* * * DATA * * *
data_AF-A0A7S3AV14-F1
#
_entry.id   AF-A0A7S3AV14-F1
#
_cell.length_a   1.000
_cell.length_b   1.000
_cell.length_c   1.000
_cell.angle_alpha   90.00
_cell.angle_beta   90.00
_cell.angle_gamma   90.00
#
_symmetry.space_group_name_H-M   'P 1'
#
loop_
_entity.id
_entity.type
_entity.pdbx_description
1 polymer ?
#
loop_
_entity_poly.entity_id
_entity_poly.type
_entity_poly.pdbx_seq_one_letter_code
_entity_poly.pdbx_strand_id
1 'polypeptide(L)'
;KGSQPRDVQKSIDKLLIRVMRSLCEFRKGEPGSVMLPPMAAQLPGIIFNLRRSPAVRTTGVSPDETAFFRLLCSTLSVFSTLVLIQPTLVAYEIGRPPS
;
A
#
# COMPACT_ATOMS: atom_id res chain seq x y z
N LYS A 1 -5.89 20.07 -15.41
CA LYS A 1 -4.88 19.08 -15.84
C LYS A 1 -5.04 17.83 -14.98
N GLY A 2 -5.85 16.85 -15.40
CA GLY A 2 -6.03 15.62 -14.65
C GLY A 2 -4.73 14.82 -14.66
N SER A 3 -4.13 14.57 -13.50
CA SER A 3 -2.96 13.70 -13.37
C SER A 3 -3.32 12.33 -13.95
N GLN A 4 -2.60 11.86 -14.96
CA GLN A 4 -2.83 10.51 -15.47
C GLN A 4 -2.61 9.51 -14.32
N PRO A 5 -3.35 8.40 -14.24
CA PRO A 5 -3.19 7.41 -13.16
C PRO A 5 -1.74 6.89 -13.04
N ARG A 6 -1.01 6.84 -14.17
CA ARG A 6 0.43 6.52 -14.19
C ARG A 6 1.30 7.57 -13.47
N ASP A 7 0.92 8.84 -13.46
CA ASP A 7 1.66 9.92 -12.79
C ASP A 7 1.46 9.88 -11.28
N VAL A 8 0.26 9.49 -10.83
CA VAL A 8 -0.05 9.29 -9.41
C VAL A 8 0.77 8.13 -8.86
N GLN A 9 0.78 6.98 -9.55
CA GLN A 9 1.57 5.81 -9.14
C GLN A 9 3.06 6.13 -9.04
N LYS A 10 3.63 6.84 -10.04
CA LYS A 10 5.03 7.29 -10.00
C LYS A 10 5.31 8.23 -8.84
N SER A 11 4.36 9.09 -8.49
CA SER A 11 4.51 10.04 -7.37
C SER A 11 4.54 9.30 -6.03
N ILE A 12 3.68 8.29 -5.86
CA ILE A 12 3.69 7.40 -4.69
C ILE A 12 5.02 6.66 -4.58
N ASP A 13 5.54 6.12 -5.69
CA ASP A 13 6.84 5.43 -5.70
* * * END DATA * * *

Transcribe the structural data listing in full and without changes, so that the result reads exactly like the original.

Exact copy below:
data_AF-A0A7S3AV14-F1
#
_entry.id   AF-A0A7S3AV14-F1
#
_cell.length_a   1.000
_cell.length_b   1.000
_cell.length_c   1.000
_cell.angle_alpha   90.00
_cell.angle_beta   90.00
_cell.angle_gamma   90.00
#
_symmetry.space_group_name_H-M   'P 1'
#
loop_
_entity.id
_entity.type
_entity.pdbx_description
1 polymer ?
#
loop_
_entity_poly.entity_id
_entity_poly.type
_entity_poly.pdbx_seq_one_letter_code
_entity_poly.pdbx_strand_id
1 'polypeptide(L)'
;KGSQPRDVQKSIDKLLIRVMRSLCEFRKGEPGSVMLPPMAAQLPGIIFNLRRSPAVRTTGVSPDETAFFRLLCSTLSVFSTLVLIQPTLVAYEIGRPPS
;
A
#
# COMPACT_ATOMS: atom_id res chain seq x y z
N LYS A 1 -5.89 20.07 -15.41
CA LYS A 1 -4.88 19.08 -15.84
C LYS A 1 -5.04 17.83 -14.98
N GLY A 2 -5.85 16.85 -15.40
CA GLY A 2 -6.03 15.62 -14.65
C GLY A 2 -4.73 14.82 -14.66
N SER A 3 -4.13 14.57 -13.50
CA SER A 3 -2.96 13.70 -13.37
C SER A 3 -3.32 12.33 -13.95
N GLN A 4 -2.60 11.86 -14.96
CA GLN A 4 -2.83 10.51 -15.47
C GLN A 4 -2.61 9.51 -14.32
N PRO A 5 -3.35 8.40 -14.24
CA PRO A 5 -3.19 7.41 -13.16
C PRO A 5 -1.74 6.89 -13.04
N ARG A 6 -1.01 6.84 -14.17
CA ARG A 6 0.43 6.52 -14.19
C ARG A 6 1.30 7.57 -13.47
N ASP A 7 0.92 8.84 -13.46
CA ASP A 7 1.66 9.92 -12.79
C ASP A 7 1.46 9.88 -11.28
N VAL A 8 0.26 9.49 -10.83
CA VAL A 8 -0.05 9.29 -9.41
C VAL A 8 0.77 8.13 -8.86
N GLN A 9 0.78 6.98 -9.55
CA GLN A 9 1.57 5.81 -9.14
C GLN A 9 3.06 6.13 -9.04
N LYS A 10 3.63 6.84 -10.04
CA LYS A 10 5.03 7.29 -10.00
C LYS A 10 5.31 8.23 -8.84
N SER A 11 4.36 9.09 -8.49
CA SER A 11 4.51 10.04 -7.37
C SER A 11 4.54 9.30 -6.03
N ILE A 12 3.68 8.29 -5.86
CA ILE A 12 3.69 7.40 -4.69
C ILE A 12 5.02 6.66 -4.58
N ASP A 13 5.54 6.12 -5.69
CA ASP A 13 6.84 5.43 -5.70